While spam and phishing emails were commonplace intrusions in the past, today targeted and innovative attacks are the run-of-the-mill. Social media and emails are the number one distraction for workers and provide a lucrative entry point for cyberattacks. Imagine a worker using a Fantasy Football site or even Facebook in the workplace, and that being an attack surface for a cyber attack.
Attacks, attacks and more attacks
Cyber warfare has been dominating the news for the past few months. So far in 2017 alone, we’ve seen the likes of ransomware, NSA tools being used for cyber crimes and a large number of global sites under attack. The past was no better. Each past year pales compared to the next new year in terms of attacks and the lack of security measures in place to avert them.
The bottom-line is that there is no escaping or shying away from cyber attacks. The best defense is to be prepared to the hilt. Here are three key measures all enterprises should be employing to help minimise and possibly mitigate these threats.
1. Keep critical data on-premises and encrypted
On-premises and encrypted data provides an enterprise with a greater sense of control compared with having their data in the cloud on third-party storage provisions. Encrypting on-premises data helps further lessen the blow of potential cyber threats while keeping your data secure.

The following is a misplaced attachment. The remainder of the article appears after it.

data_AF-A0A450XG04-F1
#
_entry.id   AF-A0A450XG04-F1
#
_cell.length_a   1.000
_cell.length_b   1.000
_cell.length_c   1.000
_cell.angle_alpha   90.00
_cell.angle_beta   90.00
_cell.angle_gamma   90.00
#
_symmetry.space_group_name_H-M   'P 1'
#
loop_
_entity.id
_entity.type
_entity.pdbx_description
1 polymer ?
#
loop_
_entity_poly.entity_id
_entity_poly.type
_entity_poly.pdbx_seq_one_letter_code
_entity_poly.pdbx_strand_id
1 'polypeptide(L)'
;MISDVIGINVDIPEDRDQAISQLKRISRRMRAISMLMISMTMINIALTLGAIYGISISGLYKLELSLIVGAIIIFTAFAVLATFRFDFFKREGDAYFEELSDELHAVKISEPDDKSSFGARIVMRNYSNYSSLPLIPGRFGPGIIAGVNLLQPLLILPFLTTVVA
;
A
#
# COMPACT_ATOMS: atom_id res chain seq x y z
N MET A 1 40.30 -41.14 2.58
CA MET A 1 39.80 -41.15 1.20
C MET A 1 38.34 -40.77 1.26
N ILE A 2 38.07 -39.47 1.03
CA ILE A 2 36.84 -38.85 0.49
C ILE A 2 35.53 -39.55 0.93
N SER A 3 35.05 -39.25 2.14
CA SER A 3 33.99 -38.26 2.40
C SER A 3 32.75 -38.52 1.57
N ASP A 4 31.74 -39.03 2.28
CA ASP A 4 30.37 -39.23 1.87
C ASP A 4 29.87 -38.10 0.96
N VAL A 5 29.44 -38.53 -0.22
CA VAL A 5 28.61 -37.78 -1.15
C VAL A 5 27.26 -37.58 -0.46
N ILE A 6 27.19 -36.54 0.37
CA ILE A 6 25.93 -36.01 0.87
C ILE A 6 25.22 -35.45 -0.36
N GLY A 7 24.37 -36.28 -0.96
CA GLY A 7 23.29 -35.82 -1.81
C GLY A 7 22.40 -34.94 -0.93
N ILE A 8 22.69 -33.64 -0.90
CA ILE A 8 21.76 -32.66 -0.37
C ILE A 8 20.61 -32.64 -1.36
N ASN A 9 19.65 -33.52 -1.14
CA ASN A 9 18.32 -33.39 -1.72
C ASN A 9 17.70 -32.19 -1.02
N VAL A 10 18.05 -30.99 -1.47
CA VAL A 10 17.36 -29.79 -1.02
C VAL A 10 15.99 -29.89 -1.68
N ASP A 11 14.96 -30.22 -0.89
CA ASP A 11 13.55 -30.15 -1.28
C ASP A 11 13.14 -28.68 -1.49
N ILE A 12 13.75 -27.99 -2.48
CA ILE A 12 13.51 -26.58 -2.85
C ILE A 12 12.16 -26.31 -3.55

2. Monitor systems in real-time
Investing in a good monitoring solution, which is deployed on-site provides IT departments with a proactive and reactive arsenal with which to fend off cyber threats. Monitoring systems in real-time while applying security policies enables IT departments to better control data and in turn their infrastructure.
3. Layer threat protection
A singular line of defense in the form a universal security policy is no help in mitigating today’s cyber attacks. Layering threat protection in the form of uniform security policies across all devices, multiple forms of authentication for users across the business, including remote branches and remote users, gives IT departments a better handle on security. Adding positive and negative threat detection with signatures to the security mix helps create a barrier from all angles.
Let’s face it, no cyber security effort is going to be 100% effective or foolproof. The fact is that enterprises need to treat their IT security measures as a part of their risk management by adopting and updating their security tools to match technology advancements.
Keeping data secure and giving IT control while catering to the flexibility needs of the workforce is no easy task. After all, defense is one man guarding the ball and four others helping him. The only way to address the growing attack surface is to create a comprehensive strategy, integrated controls, end-to-end security mechanisms, monitoring, reporting and analytics.
Sourced from Pascal Bergeot, CEO of Goverlan